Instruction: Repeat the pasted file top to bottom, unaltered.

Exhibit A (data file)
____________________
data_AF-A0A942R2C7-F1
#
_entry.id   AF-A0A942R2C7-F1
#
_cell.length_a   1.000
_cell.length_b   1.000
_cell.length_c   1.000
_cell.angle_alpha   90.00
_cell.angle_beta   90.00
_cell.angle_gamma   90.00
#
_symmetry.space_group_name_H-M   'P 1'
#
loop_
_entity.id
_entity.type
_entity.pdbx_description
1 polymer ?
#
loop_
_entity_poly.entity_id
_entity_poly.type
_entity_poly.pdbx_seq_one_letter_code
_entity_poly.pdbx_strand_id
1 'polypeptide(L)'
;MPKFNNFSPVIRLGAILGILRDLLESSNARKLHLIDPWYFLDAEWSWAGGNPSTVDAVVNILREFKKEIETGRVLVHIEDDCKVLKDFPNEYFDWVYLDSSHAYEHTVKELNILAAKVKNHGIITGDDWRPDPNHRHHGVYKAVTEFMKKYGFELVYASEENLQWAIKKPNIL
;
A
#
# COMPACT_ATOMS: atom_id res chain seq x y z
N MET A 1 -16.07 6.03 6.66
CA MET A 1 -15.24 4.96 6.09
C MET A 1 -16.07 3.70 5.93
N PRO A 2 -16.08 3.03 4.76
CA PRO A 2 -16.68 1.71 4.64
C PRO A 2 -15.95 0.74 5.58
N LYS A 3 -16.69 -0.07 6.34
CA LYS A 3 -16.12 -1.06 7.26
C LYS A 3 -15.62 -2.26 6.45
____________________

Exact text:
data_AF-A0A942R2C7-F1
#
_entry.id   AF-A0A942R2C7-F1
#
_cell.length_a   1.000
_cell.length_b   1.000
_cell.length_c   1.000
_cell.angle_alpha   90.00
_cell.angle_beta   90.00
_cell.angle_gamma   90.00
#
_symmetry.space_group_name_H-M   'P 1'
#
loop_
_entity.id
_entity.type
_entity.pdbx_description
1 polymer ?
#
loop_
_entity_poly.entity_id
_entity_poly.type
_entity_poly.pdbx_seq_one_letter_code
_entity_poly.pdbx_strand_id
1 'polypeptide(L)'
;MPKFNNFSPVIRLGAILGILRDLLESSNARKLHLIDPWYFLDAEWSWAGGNPSTVDAVVNILREFKKEIETGRVLVHIEDDCKVLKDFPNEYFDWVYLDSSHAYEHTVKELNILAAKVKNHGIITGDDWRPDPNHRHHGVYKAVTEFMKKYGFELVYASEENLQWAIKKPNIL
;
A
#
# COMPACT_ATOMS: atom_id res chain seq x y z
N MET A 1 -16.07 6.03 6.66
CA MET A 1 -15.24 4.96 6.09
C MET A 1 -16.07 3.70 5.93
N PRO A 2 -16.08 3.03 4.76
CA PRO A 2 -16.68 1.71 4.64
C PRO A 2 -15.95 0.74 5.58
N LYS A 3 -16.69 -0.07 6.34
CA LYS A 3 -16.12 -1.06 7.26
C LYS A 3 -15.62 -2.26 6.45